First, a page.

Mayeur admits that: “Everyone knows that all mosques in Brussels are in the hands of Salafists,” adding that: “We need to change this, we need new mosques that follow our democratic rules and that are being controlled by the government.”
Salafism is a a form of religious fundamentalism, with supporters believing in a return to the ‘original ways’ of Islam. Followers believe in a unified Islamic state, sharia law and consider political involvement to be un-Islamic.
In recent years Salafists have attacked German police, targeted more moderate Muslims in Egypt and assaulted Christians leaving church, with Germany’s Vice-Chancellor calling for a ban on mosques controlled by Salafi Islamists.
Extremist Islam is taking a huge hold in swathes of Europe. Though some will continue to ignore the threat and play down the scale of it, there is no point hiding from the truth. Radical Islam is the biggest threat the West now faces.
Credit to Infowars
Highlights From the Interview
Interview Interference with Satanic Music and Backwards Masking
Credit to Common Sense
Are we going to see a dramatic stock market plunge if the effort to get “Obamacare Lite” through the U.S. House of Representatives ultimately fails? On Thursday, a vote on the Republican healthcare bill was postponed once it became clear that there would not be enough votes for it to pass. House Republican leaders are still optimistic that there will still be a vote on Friday, but that is far from certain. Many strong conservatives in the House are balking at supporting this bill because while it does eliminate a few of the most troublesome provisions of Obamacare, it keeps many of the elements of Obama’s signature healthcare law that have proven to be popular with the American people. In other words, this bill is much more about “tweaking” Obamacare than “repealing” it.
This is the first major legislative test for President Trump and House Speaker Paul Ryan, and so far they are failing. House Republican leaders have gone into panic mode, because a “no” vote could have some very serious implications outside of Washington. In fact, one member of Congress is warning that if this bill does not pass that we could see the Dow drop 1,000 points in a single day…
It happened in real life on Sept. 29, 2008, when the House first voted on a Wall Street bailout intended to stem the financial crisis. In a swirl of uncertainty, Republican members stampeded to “no,” defeated the measure and watched the Dow tumble by more than 700 points. The same thing could happen on the GOP health bill, a veteran member told CNBC on Thursday — only bigger.“If this goes down, we could take a 1,000-point market hit,” the member said. To be sure, traders and investors tell CNBC the market likely will go lower if there is no compromise Thursday, but the decline won’t likely come near a 1,000-point drop. That would represent a nearly 5 percent drop in the Dow, a bit less than the 7 percent decline when the index fell 777 points in September 2008.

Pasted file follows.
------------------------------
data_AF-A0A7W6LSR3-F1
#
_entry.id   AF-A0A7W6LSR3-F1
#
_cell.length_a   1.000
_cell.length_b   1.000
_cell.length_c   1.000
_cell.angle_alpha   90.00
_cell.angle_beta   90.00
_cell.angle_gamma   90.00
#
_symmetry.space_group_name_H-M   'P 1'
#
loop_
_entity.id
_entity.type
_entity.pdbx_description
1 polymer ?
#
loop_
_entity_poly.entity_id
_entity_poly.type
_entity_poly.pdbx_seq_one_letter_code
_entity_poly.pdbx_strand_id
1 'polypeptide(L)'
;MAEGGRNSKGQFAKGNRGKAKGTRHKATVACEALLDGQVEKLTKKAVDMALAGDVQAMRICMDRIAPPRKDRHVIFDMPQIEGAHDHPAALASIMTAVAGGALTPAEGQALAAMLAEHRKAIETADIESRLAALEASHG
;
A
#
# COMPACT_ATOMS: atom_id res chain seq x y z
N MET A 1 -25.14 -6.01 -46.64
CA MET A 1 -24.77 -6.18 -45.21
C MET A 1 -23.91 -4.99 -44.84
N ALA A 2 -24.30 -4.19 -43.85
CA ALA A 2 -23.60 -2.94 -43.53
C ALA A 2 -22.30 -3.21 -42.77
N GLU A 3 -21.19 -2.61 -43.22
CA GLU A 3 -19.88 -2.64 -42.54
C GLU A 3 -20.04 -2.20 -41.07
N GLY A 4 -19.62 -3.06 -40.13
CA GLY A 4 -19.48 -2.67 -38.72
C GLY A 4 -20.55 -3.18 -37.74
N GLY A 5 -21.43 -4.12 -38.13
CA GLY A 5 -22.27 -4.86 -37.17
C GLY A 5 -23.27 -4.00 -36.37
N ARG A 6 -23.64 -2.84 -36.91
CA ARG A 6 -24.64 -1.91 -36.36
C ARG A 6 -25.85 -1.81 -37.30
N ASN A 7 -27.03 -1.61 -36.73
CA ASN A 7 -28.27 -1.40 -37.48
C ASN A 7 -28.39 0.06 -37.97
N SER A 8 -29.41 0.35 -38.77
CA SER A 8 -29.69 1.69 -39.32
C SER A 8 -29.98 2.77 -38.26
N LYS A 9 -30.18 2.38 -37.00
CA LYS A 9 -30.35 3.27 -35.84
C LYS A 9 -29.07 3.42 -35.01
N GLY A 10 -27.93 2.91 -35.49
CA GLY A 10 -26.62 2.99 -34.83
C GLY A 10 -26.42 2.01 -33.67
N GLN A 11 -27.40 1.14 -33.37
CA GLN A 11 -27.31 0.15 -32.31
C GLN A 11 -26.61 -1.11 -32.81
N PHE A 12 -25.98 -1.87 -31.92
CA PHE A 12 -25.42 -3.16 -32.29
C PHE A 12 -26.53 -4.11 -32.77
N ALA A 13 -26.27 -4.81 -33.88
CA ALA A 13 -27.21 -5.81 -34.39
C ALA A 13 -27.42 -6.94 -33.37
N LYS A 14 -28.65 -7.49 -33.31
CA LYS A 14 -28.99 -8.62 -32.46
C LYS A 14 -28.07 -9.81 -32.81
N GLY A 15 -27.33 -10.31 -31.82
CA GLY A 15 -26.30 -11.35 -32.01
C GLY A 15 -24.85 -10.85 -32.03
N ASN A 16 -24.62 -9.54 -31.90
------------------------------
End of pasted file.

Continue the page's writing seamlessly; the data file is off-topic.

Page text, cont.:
And even if this bill does pass, we are probably headed for some sort of significant downturn anyway. Sven Henrich has just told CNBC that he believes that “the market could see a 5 to 10 percent drop in the near term”…
The market has enjoyed a stellar bull run, but a correction is likely looming, according to Sven Henrich, also known as the “Northman Trader.”
But fixing our failing healthcare system is far more important than trying to prop up the financial markets, and so the strong conservatives in the House are quite right to stand by their principles.
Simply “tweaking” Obamacare is not going to fix anything, and it is extremely disappointing that President Trump and Paul Ryan are advocating such an approach.
Thankfully, there are a number of strong conservatives in Congress that are willing to take a stand for what is right even if it means standing up against their own party. One of those principled conservatives is Senator Rand Paul, and he says that right now there are at least 35 Republican “no” votes in the House, and that would be enough to kill the bill…
I think there’s easily 35 no votes right now so unless something happens in the next 24 hours, I would predict they pull the bill and start over. I think if conservatives stick together, they will have earned a seat at the table where real negotiation to make this bill an acceptable bill will happen. But it’s interesting what conservatives are doing to change the debate. We went from keeping the Obamacare taxes for a year—hundreds of billions of dollars—but they’re coming towards us because we’re standing firm. So we have to stick together, and if we do stick together there will be a real negotiation on this. The main goal I have is not to pass something that does not fix the situation. If a year from now, insurance rates and premiums are still going through the roof and it’s now a Republican plan it will be a disservice to the president and all of us if we pass something that doesn’t work.
If this bill is ultimately defeated, I have an idea that might work.
Why don’t we get the government out of the healthcare business entirely?
Once upon a time when we actually let the free market determine the allocation of healthcare resources, we had the best healthcare system in the entire world.
But after decades of experimenting with socialist principles and adding mountains of rules, regulations and red tape to the system, we have a giant mess on our hands.
Either we need to go back to a true free market system, or we might as well go ahead and just socialize the entire thing.
Right now, hard working families have to pay for their own healthcare and also pay for the socialized healthcare that more than 125 million other Americans are receiving.
Yes, when you add up all of the Americans that are on Medicaid, CHIP, Medicare and other government programs, it comes to more than 125 million people.
So a lot of hard working families are scared to ever go to the hospital because their insurance deductibles are so high, and yet their taxes go to pay for all of the free healthcare that people on government assistance are receiving.
If the government is going to pay for the healthcare for nearly half the country, why should the rest of us have to pay for ours?
What we have now is such a ridiculous system, and what President Trump and Paul Ryan are proposing is not “free market” in any way, shape or form.
So I say let this horrible bill fail even if it means that financial markets will freak out for a little while.
Hopefully what transpires over the coming days will cause Republican leadership to go back to the drawing board, and a clean repeal of Obamacare would be a really good place to start.
Credit to Economic Collapse